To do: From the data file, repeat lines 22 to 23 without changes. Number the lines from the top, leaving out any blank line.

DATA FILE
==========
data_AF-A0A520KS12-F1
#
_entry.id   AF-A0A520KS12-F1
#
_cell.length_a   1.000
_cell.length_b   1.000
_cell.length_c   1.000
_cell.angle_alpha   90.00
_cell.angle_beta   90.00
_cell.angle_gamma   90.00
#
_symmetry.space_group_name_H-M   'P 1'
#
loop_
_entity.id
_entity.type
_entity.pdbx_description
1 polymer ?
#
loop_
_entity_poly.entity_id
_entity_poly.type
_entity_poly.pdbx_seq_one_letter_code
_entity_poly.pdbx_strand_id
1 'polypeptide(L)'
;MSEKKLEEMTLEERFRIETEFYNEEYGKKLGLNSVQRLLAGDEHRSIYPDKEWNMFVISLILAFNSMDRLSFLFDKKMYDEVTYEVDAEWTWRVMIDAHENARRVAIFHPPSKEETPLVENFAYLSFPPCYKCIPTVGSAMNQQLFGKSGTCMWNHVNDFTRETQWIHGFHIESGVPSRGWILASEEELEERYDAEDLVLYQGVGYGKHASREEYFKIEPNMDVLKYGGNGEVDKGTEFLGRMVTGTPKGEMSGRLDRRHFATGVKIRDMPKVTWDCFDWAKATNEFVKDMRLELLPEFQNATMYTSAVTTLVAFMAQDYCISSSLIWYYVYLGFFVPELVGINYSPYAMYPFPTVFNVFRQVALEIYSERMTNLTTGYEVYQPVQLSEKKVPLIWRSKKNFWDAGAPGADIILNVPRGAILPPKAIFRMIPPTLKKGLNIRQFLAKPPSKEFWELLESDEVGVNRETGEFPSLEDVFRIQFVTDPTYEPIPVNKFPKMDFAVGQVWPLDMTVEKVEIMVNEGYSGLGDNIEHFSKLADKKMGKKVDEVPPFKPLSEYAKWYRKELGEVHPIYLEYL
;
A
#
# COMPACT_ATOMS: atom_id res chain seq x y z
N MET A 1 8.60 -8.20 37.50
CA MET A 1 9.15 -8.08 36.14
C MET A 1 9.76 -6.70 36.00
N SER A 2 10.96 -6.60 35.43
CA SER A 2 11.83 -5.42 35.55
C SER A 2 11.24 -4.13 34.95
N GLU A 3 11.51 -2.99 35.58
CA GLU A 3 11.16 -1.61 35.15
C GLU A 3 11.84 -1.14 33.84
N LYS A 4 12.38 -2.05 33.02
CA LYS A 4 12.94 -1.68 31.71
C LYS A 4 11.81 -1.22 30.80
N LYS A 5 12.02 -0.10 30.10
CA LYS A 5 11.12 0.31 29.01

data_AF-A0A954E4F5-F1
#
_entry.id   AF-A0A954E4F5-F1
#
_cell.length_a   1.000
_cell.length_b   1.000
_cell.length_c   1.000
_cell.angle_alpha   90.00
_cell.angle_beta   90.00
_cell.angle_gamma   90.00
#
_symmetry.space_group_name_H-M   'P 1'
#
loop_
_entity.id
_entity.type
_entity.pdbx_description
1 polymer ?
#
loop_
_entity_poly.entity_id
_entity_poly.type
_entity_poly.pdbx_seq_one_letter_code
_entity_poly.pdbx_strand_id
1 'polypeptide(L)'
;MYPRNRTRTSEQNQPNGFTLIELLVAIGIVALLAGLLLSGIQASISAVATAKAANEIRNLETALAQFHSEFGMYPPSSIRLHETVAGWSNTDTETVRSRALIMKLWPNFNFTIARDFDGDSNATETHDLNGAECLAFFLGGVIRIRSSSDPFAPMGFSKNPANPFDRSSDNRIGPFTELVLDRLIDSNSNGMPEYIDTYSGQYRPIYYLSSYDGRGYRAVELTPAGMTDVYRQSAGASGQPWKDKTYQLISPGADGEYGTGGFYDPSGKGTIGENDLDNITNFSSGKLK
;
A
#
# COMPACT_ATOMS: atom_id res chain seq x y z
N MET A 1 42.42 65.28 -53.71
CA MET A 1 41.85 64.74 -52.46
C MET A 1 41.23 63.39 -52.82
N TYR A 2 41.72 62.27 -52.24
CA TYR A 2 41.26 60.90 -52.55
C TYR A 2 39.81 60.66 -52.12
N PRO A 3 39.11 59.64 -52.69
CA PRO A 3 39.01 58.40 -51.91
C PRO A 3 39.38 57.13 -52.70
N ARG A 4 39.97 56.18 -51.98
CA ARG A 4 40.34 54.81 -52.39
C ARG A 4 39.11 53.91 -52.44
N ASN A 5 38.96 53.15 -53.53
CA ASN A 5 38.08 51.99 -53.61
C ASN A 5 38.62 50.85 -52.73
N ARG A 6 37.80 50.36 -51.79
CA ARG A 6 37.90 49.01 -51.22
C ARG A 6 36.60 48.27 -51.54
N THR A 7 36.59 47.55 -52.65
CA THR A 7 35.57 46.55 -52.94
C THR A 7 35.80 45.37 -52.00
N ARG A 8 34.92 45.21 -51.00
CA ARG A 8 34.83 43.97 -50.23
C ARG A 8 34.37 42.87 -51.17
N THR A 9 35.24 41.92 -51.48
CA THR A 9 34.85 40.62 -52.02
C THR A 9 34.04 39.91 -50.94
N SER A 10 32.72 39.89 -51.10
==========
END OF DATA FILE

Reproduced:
_entity_poly.type
_entity_poly.pdbx_seq_one_letter_code